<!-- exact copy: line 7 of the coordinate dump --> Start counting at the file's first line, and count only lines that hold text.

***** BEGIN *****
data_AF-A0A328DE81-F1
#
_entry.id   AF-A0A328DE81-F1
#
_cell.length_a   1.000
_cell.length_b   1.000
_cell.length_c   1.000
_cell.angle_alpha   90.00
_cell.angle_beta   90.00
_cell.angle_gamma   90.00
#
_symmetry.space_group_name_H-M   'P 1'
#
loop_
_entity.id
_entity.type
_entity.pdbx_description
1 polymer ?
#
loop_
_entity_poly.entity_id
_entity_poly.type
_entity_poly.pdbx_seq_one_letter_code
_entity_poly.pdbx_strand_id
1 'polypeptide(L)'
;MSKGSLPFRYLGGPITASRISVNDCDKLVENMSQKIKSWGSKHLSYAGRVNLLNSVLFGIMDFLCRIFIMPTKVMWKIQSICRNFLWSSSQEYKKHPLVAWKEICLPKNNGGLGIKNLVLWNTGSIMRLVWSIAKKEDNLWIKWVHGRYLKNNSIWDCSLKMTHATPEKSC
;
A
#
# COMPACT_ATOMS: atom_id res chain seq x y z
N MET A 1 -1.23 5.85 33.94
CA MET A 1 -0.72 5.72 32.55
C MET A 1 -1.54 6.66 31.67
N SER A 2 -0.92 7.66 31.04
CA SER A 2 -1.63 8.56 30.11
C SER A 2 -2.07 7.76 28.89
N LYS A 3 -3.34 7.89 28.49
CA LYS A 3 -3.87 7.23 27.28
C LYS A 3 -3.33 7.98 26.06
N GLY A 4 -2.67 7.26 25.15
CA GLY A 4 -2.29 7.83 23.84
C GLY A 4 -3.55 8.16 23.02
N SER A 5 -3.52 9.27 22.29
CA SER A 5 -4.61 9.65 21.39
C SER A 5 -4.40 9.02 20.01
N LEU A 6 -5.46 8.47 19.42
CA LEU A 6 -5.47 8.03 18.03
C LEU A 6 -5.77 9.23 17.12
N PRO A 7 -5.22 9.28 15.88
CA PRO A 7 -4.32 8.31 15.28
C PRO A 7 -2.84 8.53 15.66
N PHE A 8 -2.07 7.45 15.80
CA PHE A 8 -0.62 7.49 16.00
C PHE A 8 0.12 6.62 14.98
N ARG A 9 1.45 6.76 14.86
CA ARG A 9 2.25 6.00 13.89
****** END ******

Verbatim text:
_cell.length_c   1.000